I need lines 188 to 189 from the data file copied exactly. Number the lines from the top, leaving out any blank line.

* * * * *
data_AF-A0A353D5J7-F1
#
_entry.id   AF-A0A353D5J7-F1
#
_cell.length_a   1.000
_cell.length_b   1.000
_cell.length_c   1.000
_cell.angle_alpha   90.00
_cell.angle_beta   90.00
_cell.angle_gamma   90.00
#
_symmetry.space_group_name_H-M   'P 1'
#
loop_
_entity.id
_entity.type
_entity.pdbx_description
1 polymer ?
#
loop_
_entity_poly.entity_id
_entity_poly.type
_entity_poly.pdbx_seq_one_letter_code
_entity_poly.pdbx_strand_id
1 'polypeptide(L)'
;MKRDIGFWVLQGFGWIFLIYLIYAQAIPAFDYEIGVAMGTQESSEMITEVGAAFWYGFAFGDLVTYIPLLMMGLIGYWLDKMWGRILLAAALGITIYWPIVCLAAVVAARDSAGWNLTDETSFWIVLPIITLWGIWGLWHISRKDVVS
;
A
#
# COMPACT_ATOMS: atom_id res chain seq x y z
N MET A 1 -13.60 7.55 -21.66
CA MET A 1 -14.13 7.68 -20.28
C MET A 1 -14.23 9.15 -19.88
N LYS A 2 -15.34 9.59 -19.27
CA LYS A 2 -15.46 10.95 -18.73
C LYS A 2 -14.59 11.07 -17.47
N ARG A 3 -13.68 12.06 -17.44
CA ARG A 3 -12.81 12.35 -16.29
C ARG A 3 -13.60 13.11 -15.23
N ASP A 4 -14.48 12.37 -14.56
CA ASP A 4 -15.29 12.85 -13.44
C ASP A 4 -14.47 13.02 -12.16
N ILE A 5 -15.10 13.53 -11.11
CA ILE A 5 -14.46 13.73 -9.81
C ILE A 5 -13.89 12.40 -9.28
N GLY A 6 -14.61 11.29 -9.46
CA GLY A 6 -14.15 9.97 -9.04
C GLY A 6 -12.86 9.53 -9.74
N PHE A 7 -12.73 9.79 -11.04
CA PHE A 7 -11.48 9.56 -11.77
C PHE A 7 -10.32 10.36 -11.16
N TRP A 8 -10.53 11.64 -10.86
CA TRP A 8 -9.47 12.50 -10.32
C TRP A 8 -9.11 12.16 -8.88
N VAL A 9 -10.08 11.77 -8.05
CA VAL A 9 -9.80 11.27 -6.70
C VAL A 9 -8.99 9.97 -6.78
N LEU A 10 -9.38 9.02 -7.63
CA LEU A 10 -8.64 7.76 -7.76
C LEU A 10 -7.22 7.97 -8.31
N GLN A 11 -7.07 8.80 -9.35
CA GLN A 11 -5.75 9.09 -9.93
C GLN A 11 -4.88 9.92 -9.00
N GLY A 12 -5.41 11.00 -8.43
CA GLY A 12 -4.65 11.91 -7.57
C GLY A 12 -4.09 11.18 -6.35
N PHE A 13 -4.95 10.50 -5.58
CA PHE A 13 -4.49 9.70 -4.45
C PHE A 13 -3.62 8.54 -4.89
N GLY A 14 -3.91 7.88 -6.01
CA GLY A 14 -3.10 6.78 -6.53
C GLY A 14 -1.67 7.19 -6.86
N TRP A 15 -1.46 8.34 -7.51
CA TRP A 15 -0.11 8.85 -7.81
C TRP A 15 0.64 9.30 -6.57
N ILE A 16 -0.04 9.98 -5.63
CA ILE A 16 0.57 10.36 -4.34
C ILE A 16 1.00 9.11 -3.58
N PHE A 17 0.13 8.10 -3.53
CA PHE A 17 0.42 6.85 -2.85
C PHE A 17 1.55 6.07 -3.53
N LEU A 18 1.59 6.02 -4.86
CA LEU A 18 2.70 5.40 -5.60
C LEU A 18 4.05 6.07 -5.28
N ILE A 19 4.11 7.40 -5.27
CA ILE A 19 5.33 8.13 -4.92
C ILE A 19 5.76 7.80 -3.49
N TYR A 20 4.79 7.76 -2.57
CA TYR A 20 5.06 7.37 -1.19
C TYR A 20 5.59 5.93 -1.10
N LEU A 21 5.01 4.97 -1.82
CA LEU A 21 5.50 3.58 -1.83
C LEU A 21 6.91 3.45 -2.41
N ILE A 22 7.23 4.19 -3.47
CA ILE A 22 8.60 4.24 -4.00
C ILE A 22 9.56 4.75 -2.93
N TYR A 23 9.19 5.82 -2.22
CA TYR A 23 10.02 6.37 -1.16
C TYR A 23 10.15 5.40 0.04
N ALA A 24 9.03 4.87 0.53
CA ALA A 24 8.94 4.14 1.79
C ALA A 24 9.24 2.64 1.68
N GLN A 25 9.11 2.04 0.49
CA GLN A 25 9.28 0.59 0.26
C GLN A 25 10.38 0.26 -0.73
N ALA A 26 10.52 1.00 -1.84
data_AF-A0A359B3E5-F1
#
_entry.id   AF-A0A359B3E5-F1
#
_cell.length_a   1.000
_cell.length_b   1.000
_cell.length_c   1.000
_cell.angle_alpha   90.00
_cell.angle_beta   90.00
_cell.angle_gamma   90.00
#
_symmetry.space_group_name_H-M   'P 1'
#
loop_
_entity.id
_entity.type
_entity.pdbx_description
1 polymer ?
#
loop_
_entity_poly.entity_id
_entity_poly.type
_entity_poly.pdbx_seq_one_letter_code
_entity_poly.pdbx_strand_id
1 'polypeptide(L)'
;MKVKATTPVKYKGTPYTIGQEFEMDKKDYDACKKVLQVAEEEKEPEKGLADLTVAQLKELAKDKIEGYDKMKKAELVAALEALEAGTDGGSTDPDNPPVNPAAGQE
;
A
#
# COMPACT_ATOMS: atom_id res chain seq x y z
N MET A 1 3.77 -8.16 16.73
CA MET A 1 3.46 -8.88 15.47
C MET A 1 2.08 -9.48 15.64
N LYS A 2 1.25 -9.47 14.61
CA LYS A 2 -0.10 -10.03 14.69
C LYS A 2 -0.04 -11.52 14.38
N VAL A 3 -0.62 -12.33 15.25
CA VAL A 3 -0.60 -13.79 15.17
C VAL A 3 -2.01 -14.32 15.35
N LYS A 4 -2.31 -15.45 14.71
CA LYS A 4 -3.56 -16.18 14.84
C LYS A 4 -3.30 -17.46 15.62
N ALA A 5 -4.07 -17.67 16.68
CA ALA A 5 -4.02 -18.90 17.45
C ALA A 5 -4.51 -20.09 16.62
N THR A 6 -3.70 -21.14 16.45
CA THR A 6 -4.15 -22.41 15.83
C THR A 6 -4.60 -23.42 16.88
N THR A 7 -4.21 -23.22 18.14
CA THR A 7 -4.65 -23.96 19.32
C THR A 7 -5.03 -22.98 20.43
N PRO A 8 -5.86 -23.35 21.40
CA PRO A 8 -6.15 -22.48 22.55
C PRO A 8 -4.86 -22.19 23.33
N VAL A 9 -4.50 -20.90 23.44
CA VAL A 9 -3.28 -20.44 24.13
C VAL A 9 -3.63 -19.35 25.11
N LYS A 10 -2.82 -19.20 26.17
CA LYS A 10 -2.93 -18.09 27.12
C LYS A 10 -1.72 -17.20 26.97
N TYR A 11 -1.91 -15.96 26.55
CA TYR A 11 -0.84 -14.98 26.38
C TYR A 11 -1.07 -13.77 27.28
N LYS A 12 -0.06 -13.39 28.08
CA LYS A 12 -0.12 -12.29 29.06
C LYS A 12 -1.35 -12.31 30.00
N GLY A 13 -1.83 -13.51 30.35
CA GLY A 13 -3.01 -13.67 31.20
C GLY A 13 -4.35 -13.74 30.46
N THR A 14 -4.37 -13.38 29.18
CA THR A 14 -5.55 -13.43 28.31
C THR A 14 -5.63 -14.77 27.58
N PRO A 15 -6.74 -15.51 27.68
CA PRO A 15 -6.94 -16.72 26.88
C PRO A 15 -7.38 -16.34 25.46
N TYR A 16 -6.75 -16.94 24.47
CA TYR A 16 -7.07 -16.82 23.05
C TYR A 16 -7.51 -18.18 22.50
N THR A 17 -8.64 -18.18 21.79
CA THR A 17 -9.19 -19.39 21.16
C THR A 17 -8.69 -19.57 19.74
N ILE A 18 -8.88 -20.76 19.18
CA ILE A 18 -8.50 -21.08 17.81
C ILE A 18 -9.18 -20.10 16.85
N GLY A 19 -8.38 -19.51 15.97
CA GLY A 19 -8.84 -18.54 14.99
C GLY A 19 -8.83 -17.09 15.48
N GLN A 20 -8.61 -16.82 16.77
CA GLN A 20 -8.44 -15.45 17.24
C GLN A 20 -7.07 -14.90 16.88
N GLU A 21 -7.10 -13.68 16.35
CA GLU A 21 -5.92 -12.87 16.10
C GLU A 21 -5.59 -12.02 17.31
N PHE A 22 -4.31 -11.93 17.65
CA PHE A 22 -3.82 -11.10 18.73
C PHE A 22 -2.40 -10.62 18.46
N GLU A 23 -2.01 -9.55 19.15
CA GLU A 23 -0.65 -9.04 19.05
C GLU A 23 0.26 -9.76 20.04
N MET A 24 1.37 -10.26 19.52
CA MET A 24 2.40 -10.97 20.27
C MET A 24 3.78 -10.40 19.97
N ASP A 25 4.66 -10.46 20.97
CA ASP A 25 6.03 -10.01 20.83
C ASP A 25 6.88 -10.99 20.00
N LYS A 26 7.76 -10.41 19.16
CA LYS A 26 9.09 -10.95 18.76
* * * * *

N ILE A 18 -8.88 -20.76 19.18
CA ILE A 18 -8.50 -21.08 17.81